The Double DB Plan: An Experiment in Plan Design


Several retirement plan consultants have put their heads together and come up with an interesting new idea for designing defined benefit plans. Why is it interesting? Because it’s a defined benefit plan, but it is fixed-cost; on top of it, the creators claim that both employees and employers will benefit.

It’s called the “Double DB”. Will the plan work? We won’t know until its put into action. For now, it’s certainly serves as an interesting though experiment.

You can hear an in-depth conversation on the topic in the video above. Or, you can read an explanation below, from Kamp Consulting:

Here is an example for illustrative purposes only and does not imply any future results as outcomes are based on specific plan and market data.

Suppose that a plan sponsor of an existing traditional DB plan wants to soon transition their employees to a DC structure. Let’s also assume that the plan sponsor’s existing DB has current annual cost of 30% of salary, with 20% paid by the employer and 10% by the employees. Instead of shuttering the DB plan and adopting the DC plan, the plan sponsor can adopt Double DB, a hybrid DB structure whose assets can be commingled with the existing trust assets.

For accounting purposes, there are two component pieces in the Double DB design. Once the plan is established, each of the two DB components receives 15% of payroll in the initial year (or, half of the hypothetical current annual cost). The first component (DB one) is a regular DB plan with features similar to a traditional DB plan, but with more modest fixed benefits. The second DB component is referred to as a partner plan, and its benefits are not fixed.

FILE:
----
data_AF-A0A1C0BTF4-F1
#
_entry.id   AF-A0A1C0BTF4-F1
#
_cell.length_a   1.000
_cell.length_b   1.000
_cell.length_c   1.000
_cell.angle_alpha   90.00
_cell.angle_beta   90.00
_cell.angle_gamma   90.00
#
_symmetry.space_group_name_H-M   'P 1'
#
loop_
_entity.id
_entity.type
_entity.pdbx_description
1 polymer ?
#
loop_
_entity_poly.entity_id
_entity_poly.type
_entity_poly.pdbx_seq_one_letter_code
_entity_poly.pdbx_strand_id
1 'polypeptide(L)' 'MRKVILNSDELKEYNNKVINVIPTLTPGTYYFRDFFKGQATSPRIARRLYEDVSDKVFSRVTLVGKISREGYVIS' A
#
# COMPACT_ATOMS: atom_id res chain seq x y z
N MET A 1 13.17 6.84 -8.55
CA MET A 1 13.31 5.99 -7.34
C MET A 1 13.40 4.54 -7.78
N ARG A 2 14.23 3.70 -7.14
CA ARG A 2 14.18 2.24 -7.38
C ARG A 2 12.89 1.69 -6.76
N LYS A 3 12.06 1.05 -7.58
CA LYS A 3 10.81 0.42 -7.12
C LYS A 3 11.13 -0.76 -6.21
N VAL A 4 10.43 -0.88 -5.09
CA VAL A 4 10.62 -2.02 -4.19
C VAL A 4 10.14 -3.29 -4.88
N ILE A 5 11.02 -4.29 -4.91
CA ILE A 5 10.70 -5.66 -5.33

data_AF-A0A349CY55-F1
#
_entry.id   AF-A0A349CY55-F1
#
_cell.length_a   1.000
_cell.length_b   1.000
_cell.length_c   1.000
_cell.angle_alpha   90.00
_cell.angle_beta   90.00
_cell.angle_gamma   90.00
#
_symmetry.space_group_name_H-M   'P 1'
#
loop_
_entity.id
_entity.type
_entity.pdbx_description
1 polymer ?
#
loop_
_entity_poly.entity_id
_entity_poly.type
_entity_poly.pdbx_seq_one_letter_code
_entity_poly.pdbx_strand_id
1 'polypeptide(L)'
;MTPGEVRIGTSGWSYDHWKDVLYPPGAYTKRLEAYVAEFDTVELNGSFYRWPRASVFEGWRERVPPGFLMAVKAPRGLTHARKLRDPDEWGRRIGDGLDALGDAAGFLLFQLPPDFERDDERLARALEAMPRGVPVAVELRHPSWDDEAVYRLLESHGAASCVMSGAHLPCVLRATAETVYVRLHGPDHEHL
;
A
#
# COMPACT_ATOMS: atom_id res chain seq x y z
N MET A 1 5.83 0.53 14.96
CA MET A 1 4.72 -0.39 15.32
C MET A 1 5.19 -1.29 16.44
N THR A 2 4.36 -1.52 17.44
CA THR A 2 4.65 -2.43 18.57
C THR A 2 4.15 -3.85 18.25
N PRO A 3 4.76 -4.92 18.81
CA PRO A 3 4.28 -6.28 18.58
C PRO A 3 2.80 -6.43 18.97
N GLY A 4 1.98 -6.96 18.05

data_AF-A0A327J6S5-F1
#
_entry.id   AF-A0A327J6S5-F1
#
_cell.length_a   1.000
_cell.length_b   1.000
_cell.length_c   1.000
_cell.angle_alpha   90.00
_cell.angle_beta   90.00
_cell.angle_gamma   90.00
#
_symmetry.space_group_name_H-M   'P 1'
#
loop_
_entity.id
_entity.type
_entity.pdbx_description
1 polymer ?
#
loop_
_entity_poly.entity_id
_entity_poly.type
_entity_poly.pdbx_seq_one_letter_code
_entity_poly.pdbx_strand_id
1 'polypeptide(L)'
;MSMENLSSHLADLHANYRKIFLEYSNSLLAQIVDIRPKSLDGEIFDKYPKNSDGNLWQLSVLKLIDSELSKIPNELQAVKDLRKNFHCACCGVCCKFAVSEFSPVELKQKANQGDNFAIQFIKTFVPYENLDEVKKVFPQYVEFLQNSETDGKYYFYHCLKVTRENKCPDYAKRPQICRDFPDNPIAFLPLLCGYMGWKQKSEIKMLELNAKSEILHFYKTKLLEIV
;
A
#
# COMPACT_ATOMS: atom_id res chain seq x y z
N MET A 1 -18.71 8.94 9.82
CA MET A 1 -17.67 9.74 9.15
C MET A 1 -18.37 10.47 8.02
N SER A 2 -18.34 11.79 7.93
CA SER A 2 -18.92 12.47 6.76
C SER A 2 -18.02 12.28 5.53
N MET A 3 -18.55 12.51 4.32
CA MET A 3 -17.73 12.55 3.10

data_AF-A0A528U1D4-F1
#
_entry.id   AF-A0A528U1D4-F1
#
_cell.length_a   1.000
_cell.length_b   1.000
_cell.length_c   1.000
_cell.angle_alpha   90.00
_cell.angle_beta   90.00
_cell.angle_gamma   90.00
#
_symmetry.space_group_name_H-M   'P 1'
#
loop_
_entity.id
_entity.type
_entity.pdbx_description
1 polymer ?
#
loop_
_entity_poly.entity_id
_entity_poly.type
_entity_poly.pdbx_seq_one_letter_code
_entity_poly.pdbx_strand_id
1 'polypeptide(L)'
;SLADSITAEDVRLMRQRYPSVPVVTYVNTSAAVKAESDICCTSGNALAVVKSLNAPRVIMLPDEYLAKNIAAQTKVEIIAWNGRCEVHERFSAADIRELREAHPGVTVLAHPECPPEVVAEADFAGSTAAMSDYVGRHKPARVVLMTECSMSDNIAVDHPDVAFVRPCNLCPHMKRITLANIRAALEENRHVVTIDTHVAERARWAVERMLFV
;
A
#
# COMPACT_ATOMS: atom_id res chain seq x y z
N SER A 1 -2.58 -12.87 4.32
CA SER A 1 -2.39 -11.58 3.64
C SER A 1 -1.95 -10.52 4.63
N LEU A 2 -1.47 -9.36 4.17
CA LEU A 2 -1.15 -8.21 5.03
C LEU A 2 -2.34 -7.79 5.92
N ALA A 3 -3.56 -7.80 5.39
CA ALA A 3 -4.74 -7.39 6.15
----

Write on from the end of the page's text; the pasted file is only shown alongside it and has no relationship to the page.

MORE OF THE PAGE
Based on our selected funding method, actuarial assumptions and plan design, assume that the traditional DB plan is calculated to provide a multiplier of 1.5% of FAS (final average salary). However, if investment experience in the first year is poor and the first DB plan now requires 16% of the contribution instead of the 15% paid in year one to support the 1.5% multiplier, DB one (regular DB) gets 16% and DB two (partner DB) gets 14%.

If instead, the plan’s experience in year one was favorable and the regular DB plan requires only 13.5% of pay to support the 1.5% multiplier, regular DB gets 13.5% and the partner DB gets 16.5%.

This process continues year after year. The actuarially determined percentage of payroll cost of continuing the 1.5% multiplier in the regular DB is always provided and the partner DB always gets the residual amount. Annual benefits to the pensioner from the regular DB are always 1.5% of one’s FAS times the number of years of service. Partner DB assets contributed to one’s final benefit will be determined year-by-year and by experience.

Upon retirement, the beneficiary will receive one check with the benefit from the first DB component being added to the variable benefit from second DB accounting to provide a monthly payment. With this plan design, the assets of both the traditional DB and residual DB can be commingled, whereas a traditional DB and its new DC assets can’t be combined. The same investment management team can be used, as well as all service providers, granting the plan sponsors greater economies of scale, less complication, and potentially happier employees who don’t have to manage their retirement program.

 

Photo by American Advisors Group via Flickr CC License

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